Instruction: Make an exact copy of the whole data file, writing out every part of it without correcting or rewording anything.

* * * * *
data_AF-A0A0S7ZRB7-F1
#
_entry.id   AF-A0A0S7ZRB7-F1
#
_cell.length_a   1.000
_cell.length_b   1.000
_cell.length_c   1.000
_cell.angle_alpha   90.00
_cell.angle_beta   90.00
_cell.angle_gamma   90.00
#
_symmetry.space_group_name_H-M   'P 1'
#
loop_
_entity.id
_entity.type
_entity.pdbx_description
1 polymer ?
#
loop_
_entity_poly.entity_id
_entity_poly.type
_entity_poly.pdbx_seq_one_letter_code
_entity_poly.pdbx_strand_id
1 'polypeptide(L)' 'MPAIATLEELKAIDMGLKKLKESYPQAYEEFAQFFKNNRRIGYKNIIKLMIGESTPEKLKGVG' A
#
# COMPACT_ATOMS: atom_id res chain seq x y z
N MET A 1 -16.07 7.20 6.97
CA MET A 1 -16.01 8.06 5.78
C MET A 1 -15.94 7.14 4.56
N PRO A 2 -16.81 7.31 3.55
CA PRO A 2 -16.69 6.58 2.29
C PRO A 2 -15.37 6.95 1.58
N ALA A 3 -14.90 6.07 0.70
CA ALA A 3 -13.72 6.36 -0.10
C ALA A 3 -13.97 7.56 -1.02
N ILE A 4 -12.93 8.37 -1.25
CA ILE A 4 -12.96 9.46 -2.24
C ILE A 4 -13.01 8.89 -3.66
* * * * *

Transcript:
data_AF-A0A0S7ZRB7-F1
#
_entry.id   AF-A0A0S7ZRB7-F1
#
_cell.length_a   1.000
_cell.length_b   1.000
_cell.length_c   1.000
_cell.angle_alpha   90.00
_cell.angle_beta   90.00
_cell.angle_gamma   90.00
#
_symmetry.space_group_name_H-M   'P 1'
#
loop_
_entity.id
_entity.type
_entity.pdbx_description
1 polymer ?
#
loop_
_entity_poly.entity_id
_entity_poly.type
_entity_poly.pdbx_seq_one_letter_code
_entity_poly.pdbx_strand_id
1 'polypeptide(L)' 'MPAIATLEELKAIDMGLKKLKESYPQAYEEFAQFFKNNRRIGYKNIIKLMIGESTPEKLKGVG' A
#
# COMPACT_ATOMS: atom_id res chain seq x y z
N MET A 1 -16.07 7.20 6.97
CA MET A 1 -16.01 8.06 5.78
C MET A 1 -15.94 7.14 4.56
N PRO A 2 -16.81 7.31 3.55
CA PRO A 2 -16.69 6.58 2.29
C PRO A 2 -15.37 6.95 1.58
N ALA A 3 -14.90 6.07 0.70
CA ALA A 3 -13.72 6.36 -0.10
C ALA A 3 -13.97 7.56 -1.02
N ILE A 4 -12.93 8.37 -1.25
CA ILE A 4 -12.96 9.46 -2.24
C ILE A 4 -13.01 8.89 -3.66